It could be a dramatic week in Europe, with the all-Spanish clash tomorrow being the pick of four intriguing matches.
“It’s going to be one of the games of the year,” predicted Madrid sports paper Marca of the second leg between Atletico and Barcelona. For once the hyperbole may be justified. The match last week had almost everything – drama, controversy, brilliant attacking play, tremendous defending.
Barcelona could have been two down at half-time but then might have scored four in 12 minutes as they pinned back Atletico’s 10 men.
Luis Suarez should not have been on the pitch but his two second-half goals proved he is the best finisher around. The goalscorers were the two number 9s, but the outcome was decided by Barcelona’s width. This time, with Torres suspended, Atletico may play with two wingers up front.
Barcelona are now under pressure from Atletico in the league as well, having lost to Real Sociedad on Saturday in the absence of Suarez and thanks to the heroics of Geronimo Rulli in goal. Barcelona seemed jaded, with Lionel Messi and particularly Neymar below their best.
Atletico’s Calderon stadium will definitely be like a cauldron tomorrow night. Cool heads will be required. Atletico are on a mission, while both Barca’s hottest heads – Sergio Busquets and Javier Mascherano – are one booking away from a ban.
* We were overdue a refereeing controversy in this season’s tournament and it duly arrived in the first leg at Camp Nou after Fernando Torres collected his second yellow from German official Felix Brych. Not that Brych was wrong to send off Torres. The question was why Barcelona weren’t already down to 10 men after Luis Suarez kicked Juanfran.
In Spain – in Madrid anyway – a lot has been made of Barcelona’s history with referees, with opponents regularly sent off. Both these sides have their theatrical moments and probably with this in mind Uefa have given the match to Nicola Rizzoli, who has handled big matches involving both clubs previously as well as the last World Cup final.
The Italian has had his share of controversy. Last week he was in the news after denying he had been headbutted by Juventus defender Leonardo Bonucci – “he didn’t touch me, I pushed him” – and he has a history of gaffes, though mostly as a goal-line judge not as a referee.
Hopefully that experience will help on this occasion, as this is one of the last Champions League games before goal-line technology is introduced.
* Wolfsburg pulled off the shock of the round last week by beating Real Madrid, although they did benefit from a questionable penalty awarded by another Italian referee, Gianluca Rocchi – and Madrid could have had a penalty of their own.
Madrid were also exceptionally wasteful in the first leg – 21 shots, but only three on target. The question is whether Wolfsburg, like Schalke last season, have the nerve to take on Madrid in their own stadium.
Schalke began that game 2-0 down, Wolfsburg have a 2-0 lead. Both Sergio Ramos and Marcelo have something to prove, but this match will probably turn on which version of Cristiano Ronaldo is playing.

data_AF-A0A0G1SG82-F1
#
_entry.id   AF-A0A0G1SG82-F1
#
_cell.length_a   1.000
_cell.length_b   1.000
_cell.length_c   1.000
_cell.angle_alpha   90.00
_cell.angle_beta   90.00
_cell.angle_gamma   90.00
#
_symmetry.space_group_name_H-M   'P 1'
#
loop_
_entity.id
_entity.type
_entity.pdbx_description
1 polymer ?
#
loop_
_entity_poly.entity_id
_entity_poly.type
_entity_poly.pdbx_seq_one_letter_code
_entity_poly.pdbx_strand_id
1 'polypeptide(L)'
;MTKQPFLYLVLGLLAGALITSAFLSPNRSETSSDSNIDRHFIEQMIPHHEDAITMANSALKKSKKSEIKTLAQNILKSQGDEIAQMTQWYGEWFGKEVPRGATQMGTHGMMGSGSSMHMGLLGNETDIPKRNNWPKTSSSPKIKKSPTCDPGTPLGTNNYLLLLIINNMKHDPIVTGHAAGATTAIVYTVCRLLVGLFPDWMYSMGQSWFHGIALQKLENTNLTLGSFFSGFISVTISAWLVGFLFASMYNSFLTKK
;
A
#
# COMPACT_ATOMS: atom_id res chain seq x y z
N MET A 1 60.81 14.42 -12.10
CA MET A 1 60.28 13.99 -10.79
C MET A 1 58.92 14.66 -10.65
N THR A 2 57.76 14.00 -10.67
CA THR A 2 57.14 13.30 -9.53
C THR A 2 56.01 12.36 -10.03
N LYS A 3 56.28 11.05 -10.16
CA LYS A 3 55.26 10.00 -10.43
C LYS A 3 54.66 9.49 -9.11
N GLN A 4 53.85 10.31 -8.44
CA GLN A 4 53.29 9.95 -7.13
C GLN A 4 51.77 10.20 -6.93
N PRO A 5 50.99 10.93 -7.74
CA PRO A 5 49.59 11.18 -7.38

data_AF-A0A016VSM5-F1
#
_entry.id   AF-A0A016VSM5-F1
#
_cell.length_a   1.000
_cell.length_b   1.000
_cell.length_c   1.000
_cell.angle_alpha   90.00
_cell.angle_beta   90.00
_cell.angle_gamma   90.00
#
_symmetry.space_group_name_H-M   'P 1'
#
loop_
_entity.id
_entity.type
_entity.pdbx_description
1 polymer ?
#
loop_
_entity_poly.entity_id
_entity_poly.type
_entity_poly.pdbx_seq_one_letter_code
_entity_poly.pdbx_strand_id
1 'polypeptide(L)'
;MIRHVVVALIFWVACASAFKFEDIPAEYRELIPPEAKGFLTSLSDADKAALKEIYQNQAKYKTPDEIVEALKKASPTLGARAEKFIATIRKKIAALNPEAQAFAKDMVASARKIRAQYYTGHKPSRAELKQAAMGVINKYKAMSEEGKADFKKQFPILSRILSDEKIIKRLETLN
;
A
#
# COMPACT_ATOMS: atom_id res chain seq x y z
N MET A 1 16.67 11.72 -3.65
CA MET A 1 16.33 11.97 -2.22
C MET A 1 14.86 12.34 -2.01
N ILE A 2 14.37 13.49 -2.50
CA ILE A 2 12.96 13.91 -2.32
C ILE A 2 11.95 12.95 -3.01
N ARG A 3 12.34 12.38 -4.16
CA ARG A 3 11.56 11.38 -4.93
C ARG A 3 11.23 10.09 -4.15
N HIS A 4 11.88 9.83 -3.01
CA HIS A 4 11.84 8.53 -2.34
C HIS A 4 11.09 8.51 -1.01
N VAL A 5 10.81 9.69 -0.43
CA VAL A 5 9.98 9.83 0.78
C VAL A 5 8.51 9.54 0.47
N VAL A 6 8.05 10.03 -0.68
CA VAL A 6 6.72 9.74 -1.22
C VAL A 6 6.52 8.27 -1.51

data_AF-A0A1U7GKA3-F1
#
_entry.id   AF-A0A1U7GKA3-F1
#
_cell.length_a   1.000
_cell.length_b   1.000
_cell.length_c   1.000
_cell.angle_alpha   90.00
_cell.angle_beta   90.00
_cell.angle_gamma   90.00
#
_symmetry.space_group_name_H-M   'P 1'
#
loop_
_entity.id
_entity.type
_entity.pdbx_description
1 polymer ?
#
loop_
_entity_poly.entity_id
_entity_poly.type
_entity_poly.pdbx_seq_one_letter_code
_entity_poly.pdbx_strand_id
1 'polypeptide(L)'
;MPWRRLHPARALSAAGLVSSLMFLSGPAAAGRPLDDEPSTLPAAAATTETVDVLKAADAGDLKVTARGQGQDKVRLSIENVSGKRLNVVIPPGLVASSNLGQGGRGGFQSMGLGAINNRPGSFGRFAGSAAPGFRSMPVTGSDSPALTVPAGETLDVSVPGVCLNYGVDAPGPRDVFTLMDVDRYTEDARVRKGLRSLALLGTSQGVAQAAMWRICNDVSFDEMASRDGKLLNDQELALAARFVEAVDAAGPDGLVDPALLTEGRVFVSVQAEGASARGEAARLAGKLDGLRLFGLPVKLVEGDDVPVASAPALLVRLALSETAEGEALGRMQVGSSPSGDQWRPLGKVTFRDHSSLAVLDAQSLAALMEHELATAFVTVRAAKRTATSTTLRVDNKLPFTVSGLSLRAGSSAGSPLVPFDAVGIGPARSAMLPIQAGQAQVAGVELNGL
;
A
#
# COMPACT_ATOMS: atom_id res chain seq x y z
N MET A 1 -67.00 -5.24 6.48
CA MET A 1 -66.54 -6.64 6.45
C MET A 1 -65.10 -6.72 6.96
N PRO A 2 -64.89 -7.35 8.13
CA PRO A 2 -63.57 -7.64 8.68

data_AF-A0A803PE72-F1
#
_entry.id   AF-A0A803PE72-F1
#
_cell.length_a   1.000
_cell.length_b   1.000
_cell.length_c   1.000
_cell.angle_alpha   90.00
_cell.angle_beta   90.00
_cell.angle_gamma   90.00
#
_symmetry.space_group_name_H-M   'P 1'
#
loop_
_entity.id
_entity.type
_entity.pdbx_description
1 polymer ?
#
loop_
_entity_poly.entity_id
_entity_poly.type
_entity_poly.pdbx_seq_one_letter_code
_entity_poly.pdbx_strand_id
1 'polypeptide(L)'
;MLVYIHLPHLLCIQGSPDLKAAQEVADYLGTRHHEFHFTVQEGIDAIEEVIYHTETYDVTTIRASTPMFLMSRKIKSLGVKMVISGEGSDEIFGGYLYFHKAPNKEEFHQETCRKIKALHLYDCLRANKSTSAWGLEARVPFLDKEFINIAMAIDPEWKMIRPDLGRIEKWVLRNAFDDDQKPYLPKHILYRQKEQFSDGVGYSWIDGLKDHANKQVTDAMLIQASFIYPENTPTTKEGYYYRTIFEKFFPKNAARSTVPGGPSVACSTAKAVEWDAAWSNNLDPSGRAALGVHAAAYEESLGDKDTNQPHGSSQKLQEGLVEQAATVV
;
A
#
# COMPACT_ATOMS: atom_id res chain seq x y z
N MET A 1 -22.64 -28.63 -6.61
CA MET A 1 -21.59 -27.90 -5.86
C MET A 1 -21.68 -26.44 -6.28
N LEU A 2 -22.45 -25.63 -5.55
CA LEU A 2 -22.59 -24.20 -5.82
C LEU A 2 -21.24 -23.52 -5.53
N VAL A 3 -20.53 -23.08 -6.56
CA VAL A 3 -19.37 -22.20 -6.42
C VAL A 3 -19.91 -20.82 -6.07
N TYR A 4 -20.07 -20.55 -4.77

Ronaldo gave a tremendous unselfish all-round performance when Madrid took three points in Barcelona 10 days ago, scoring a great late winner just after Ramos was sent off and all seemed lost. Two minutes into the first leg in Wolfsburg he had a goal ruled out for offside and for the rest of the match his contribution was sporadic, at best.
Ronaldo and Gareth Bale together can still pull off that rare feat of winning from two goals down but Wolfsburg have just the sort of quick attaching players in Julian Draxler and Andre Schurrle who can upset the Spanish defence.
Madrid presumably will now be prepared for Bruno Henrique, who ambushed them in the first leg, but the away goals rule means that they will need to score four if Wolfsburg can get one on the break.
* Benfica face a similar problem in that they need to stop Bayern Munich scoring to have a realistic chance.
Locked in a head-to-head battle with their Lisbon rivals Sporting in the league, this match could almost seem like a diversion, and they might already be out but for their goalkeeper Ederson. The young, almost unknown Brazilian also caused Bayern a tactical headache in Munich with his kicking.
Playing the ball long is not what Portuguese sides are known for, and Benfica have their quota of technically gifted attackers, but sometimes the most simple of tactics can work.
Guardiola’s high defensive line usually has opponents in trouble, but the accuracy as well as the length of Ederson’s clearances meant Bayern had to defend deeper than usual.
Bayern are clear favourites to go through, but injuries continue to cause concern.
Javi Martinez is back, after spending most of his time at the club on the sidelines, but three of their central defenders are still unfit and in attack both Arjen Robben and Kingsley Coman are in doubt.
* Tonight Manchester City enjoy an advantage against PSG which ought to carry them through to their first semi-final. They have two away goals, but more importantly PSG are missing key players.
For the past couple of seasons PSG’s strength has been their quality and bite in midfield. But now both Blaise Matuidi and David Luiz are suspended. Thiago Motta, as he showed in Italy’s recent 4-0 defeat in Germany, no longer can hold a midfield together on his own.
So PSG are left hoping that their best midfielder Marco Verratti can overcome the intermittent groin problem he’s had for the past six months.